Performance Instrumentation and Measurement for Terascale Systems

  • Jack Dongarra
  • Allen D. Malony
  • Shirley Moore
  • Philip Mucci
  • Sameer Shende
Conference paper
Part of the Lecture Notes in Computer Science book series (LNCS, volume 2660)


As computer systems grow in size and complexity, tool support is needed to facilitate the efficient mapping of large-scale applications onto these systems. To help achieve this mapping, performance analysis tools must provide robust performance observation capabilities at all levels of the system, as well as map low-level behavior to high-level program constructs. Instrumentation and measurement strategies, developed over the last several years, must evolve together with performance analysis infrastructure to address the challenges of new scalable parallel systems.


Measurement Strategy Executable Code Performance Instrumentation Dynamic Instrumentation Hardware Counter 
These keywords were added by machine and not by the authors. This process is experimental and the keywords may be updated as the learning algorithm improves.


  1. 1.
    MPI: A message passing interface standard. International Journal of Supercomputing Applications, 8(3/4), 1994.Google Scholar
  2. 2.
    S. Browne, J. Dongarra, N. Garner, G. Ho, and P. Mucci. A portable programming interface for performance evaluation on modern processors. International Journal of High Performance Computing Applications, 14(3): 189–204, 2000.CrossRefGoogle Scholar
  3. 3.
    B. Buck and J. Hollingsworth. An API for runtime code patching. International Journal of High Performance Computing Applications, 14(4):317–329, 2000.CrossRefGoogle Scholar
  4. 4.
    J. Dean, C. Waldspurger, and W. Weihl. Transparent, low-overhead profiling on modern processors. In Workshop on Profile and Feedback-directed Compilation, October 1998.Google Scholar
  5. 5.
    A. Eustace and A. Srivastava. ATOM: A flexible interface for building high performance program analysis tools. In Proc. USENIX Winter 1995, pages 303–314, 1995.Google Scholar
  6. 6.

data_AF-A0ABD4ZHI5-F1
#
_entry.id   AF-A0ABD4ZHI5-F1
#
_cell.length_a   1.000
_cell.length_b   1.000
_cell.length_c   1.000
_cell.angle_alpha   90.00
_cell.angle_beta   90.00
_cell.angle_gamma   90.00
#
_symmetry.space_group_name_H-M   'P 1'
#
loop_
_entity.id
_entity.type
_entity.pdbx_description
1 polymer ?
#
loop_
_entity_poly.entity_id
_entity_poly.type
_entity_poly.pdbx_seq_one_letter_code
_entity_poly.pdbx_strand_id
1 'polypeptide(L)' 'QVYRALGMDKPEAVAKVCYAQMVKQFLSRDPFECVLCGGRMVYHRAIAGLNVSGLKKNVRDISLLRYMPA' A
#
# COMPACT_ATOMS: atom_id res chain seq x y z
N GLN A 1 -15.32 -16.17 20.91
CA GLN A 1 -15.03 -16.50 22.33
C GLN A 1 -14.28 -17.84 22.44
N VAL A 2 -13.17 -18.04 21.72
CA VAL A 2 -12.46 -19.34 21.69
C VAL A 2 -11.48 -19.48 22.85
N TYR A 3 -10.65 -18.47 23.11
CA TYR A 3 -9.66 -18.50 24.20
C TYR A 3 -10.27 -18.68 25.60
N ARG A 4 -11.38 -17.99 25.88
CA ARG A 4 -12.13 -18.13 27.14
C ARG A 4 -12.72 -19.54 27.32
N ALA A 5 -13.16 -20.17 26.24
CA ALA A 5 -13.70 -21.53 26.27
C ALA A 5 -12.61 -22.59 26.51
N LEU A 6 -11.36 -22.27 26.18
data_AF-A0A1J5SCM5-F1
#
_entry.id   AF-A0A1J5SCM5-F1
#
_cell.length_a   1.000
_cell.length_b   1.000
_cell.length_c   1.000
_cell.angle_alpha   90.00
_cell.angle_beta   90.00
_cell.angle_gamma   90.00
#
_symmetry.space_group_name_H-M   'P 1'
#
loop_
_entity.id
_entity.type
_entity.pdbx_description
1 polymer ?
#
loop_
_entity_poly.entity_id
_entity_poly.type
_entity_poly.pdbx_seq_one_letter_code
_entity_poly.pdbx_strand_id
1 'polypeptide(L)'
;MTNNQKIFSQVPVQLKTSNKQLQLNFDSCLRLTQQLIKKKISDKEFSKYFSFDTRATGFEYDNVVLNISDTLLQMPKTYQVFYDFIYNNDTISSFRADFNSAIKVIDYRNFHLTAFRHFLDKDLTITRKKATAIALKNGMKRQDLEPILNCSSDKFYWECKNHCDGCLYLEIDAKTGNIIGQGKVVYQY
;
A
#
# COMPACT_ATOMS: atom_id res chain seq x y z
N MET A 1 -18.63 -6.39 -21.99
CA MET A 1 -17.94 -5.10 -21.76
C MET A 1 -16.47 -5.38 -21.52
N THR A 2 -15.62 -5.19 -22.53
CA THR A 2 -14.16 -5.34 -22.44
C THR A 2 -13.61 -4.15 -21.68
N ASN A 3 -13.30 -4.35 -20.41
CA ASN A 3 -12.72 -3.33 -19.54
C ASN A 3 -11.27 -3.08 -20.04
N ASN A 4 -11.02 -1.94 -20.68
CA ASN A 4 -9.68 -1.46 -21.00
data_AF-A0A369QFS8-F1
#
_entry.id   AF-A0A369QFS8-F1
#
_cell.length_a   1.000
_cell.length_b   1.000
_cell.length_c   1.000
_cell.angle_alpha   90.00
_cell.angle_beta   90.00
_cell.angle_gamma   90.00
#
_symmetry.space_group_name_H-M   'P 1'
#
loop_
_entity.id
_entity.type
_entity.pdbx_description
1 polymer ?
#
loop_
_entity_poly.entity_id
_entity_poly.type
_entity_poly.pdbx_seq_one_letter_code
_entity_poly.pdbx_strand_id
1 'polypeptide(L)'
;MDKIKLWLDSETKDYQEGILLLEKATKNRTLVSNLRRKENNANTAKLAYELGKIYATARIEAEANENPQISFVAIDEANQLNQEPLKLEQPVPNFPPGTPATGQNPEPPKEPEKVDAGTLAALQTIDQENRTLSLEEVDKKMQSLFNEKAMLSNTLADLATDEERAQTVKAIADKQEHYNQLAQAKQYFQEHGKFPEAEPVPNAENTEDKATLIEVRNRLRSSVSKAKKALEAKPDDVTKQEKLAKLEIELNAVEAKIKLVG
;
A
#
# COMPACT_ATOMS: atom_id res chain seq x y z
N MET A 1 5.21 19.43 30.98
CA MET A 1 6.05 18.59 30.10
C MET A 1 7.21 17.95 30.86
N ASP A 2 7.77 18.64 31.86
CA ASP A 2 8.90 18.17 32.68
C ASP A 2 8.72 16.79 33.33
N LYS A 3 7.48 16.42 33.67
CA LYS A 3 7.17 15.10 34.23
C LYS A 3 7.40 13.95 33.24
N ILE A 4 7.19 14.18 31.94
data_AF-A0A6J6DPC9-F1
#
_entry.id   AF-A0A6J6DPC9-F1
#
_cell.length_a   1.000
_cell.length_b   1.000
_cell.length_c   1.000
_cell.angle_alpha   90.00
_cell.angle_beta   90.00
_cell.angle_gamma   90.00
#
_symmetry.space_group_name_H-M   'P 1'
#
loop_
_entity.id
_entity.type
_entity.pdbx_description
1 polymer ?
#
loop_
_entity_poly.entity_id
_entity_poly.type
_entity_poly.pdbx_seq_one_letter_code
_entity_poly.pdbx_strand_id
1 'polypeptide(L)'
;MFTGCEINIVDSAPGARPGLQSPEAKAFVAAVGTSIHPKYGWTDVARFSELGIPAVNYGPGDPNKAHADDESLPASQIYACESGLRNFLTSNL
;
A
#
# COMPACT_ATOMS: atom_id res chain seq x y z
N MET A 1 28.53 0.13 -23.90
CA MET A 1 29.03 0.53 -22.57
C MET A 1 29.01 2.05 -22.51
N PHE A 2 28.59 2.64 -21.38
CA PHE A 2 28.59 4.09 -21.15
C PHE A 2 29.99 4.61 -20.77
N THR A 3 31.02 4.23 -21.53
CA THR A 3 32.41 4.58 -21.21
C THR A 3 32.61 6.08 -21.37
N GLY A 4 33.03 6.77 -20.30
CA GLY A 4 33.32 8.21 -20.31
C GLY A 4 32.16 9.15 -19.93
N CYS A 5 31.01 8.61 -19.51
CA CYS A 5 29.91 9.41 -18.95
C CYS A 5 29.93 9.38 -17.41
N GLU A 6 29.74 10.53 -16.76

J. Galarowics and B. Mohr. Analyzing message passing programs on the Cray T3E with PAT and VAMPIR. Technical report, ZAM Forschungszentrum: Juelich, Germany, 1998.Google Scholar
  7. 7.
    J. S. Germain, A. Morris, S. Parker, A. Malony, and S. Shende. Integrating performance analysis in the uintah software development cycle. In High Performance Distributed Computing Conference, pages 33–41, 2000.Google Scholar
  8. 8.
    R. Hornung and S. Kohn. Managing application complexity in the samrai object-oriented framework. Concurrency and Computation: Practice and Experience, special issue on Software Architectures for Scientific Applications, 2001.Google Scholar
  9. 9.
    J. Larus and T. Ball. Rewriting executable files to measure program behavior. Software Practice and Experience, 24(2):197–218, 1994.CrossRefGoogle Scholar
  10. 10.
    K. Lindlan, J. Cuny, A. Malony, S. Shende, B. Mohr, R. Rivenburgh, and C. Rasmussen. A tool framework for static and dynamic analysis of object-oriented software with templates. In Proc. SC 2000, 2000.Google Scholar
  11. 11.
    P. Mucci. Dynaprof 0.8 user’s guide. Technical report, Nov. 2002.Google Scholar
  12. 12.
    S. Shende, A. Malony, and R. Bell. Instrumentation and measurement strategies for flexible and portable empirical performance evaluation. In International Conference on Parallel and Distributed Processing Techniques and Applications (PDPTA’2001), 2001.Google Scholar

Copyright information

© Springer-Verlag Berlin Heidelberg 2003

Authors and Affiliations

  • Jack Dongarra
    • 1
  • Allen D. Malony
    • 2
  • Shirley Moore
    • 1
  • Philip Mucci
    • 2
  • Sameer Shende
    • 2
  1. 1.Innovative Computing LaboratoryUniversity of Tennessee KnoxvilleUSA
  2. 2.Computer Science DepartmentUniversity of OregonEugeneUSA

Personalised recommendations